Why investment firm Faad Network believes there is a need for more early-stage funding in India
Launched in 2015, Gurugram-based Faad Network helps early-stage startups raise capital. In a conversation with YourStory, CEO Aditya Arora talks about why startups need more early-stage mentorship and funding guidance, and what the investment firm aims to do by 2020.
Most early-stage startups have one thing on top of their wish list: funding. Most startup founders and entrepreneurs tend to cold call and interact with different investors and investment firms, but often find it really tough to get that first cheque.
It was to change this that Dr Dinesh Singh, and Karan Verma decided to start Faad Network Private Ltd. The firm helps early-stage startups raise capital through its wide network of angel investors, HNIs, VC firms, family offices and debt funding professionals. Aditya Arora soon joined as the company's CEO.
As a mentor of change at Atal Innovation Mission, NITI Aayog, Aditya had interacted with multiple entrepreneurs and industry leaders. His conversations made him realise that startups needed different types of help, including funding.
Dinesh and Karan were colleagues, working with Synergy Environics in the field of mobile radiation chips. They met Aditya at an internship fair. Dinesh has expertise in identifying and capitalising on opportunities to build revenue, pre-openings, turnarounds, and rapid growth in a highly competitive market.
Karan brings his expertise in facilitating angel investments into seed and growth-stage ventures, helping startups validate their business plans, and offering mentoring and handholding.
In a conversation with YourStory, Aditya talks about why they started Faad, how they choose startups, the help they offer entrepreneurs, and the way ahead.
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Edited excerpts of the interview:
YourStory: Tell us, what exactly does Faad do?
Aditya Arora: Faad assists early-stage startups in raising capital through a network of angel investors, HNIs, VC firms, family offices, and debt funding professionals. Our approach is fundamentally sector-agnostic, supporting enterprises in the ticket sizes of $50,000 to approximately $1 million.
Our philosophy has always been to add value to businesses in conjunction with maximising monetary returns. Hence, we work with companies and entrepreneurs with clearly defined competitive advantages for long-term growth with mutual synergies and collaborative value.
YS: What are the challenges of building a firm like this?
AA: The initial challenge was that none of our team members had a VC background. Our core management team comprised a doctor, an engineer, and a finance professional. Building the network of investors from the ground up was our biggest challenge. However, we overcame this challenge by meeting people and learning more about the industry. Working in the space and mentorship opportunities also helped.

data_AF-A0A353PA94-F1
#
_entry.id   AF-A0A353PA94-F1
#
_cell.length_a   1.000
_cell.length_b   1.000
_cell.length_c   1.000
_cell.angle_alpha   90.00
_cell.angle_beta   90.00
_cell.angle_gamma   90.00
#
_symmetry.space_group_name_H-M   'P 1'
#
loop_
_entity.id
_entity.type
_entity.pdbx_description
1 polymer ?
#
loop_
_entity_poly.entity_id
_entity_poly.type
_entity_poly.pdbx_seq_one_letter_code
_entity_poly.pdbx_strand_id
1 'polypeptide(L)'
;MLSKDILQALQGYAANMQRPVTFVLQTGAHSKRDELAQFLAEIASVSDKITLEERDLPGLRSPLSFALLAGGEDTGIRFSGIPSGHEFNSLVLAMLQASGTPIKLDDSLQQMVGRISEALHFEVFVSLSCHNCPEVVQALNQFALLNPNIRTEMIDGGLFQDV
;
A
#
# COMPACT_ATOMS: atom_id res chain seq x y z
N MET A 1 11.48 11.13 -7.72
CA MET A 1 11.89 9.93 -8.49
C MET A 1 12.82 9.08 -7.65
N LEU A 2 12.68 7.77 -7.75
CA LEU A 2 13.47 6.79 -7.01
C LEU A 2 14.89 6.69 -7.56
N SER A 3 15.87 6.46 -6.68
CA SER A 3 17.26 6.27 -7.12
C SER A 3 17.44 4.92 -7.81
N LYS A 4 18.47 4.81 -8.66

YS: What companies have you backed and how did you build your investor network?
AA: In two years, we have backed seven companies. Some of our successful deals include budget eyewear brand Cleardekho, coworking space aggregator Stylework, organic DIY brand Nature’s Tattva, and feedback and analytics app Fellafeeds.
We have deployed almost $50,000 million through our network in these companies. We have a network of over 400+ investors across the country at present. We conduct closed-room pitching events, popularly known as “The Faad Pitch”, on a bi-monthly basis and have successfully completed eight such events.
We are adding a couple of more deals through recent pitching sessions. Our key clients include all early-stage firms looking to raise seed/angel capital. We also assist startups aspiring to make the perfect pitch, a sound business plan, or financial projections.
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YS: What are the parameters for startups when you make your choice?
AA: We identify companies from multiple sources and conduct a pre-screening session. After this, we sign a working mandate and start working with immediate effect to close the deal for a period of three to six months. We already have some commitments from investors for our future growth, and our plans to expand and reach Tier II and III cities (and help even more entrepreneurs).
YS: Is Faad also going to invest in startups soon?
AA: We are still in the advance discussions of the fund – the category and GP discussions. We will apply for a SEBI registration shortly. Our vision for the fund is that it will give Faad autonomy to directly start investing in startups.
Our selection and curation of startups is our core strength so we want to use this leverage in our existing and new portfolios as well. Also, working with these startups as fund investors would give us more bandwidth to work with founders and help them to raise further rounds and grow their business.
However, the challenges for the fund would be to get the lock-in of the capital done smoothly and quickly by investors we have identified. We have spoken to private angels, HNIs, individual business owners and some first level (friends and family) connections.
YS: What can we expect from Faad in the near future?
AA: Currently, we are in the advanced stages of setting up an early-stage investment fund. We plan to directly invest in our companies through this route and take our portfolio to 20 companies by March 2020.
(Edited by Teja Lele Desai)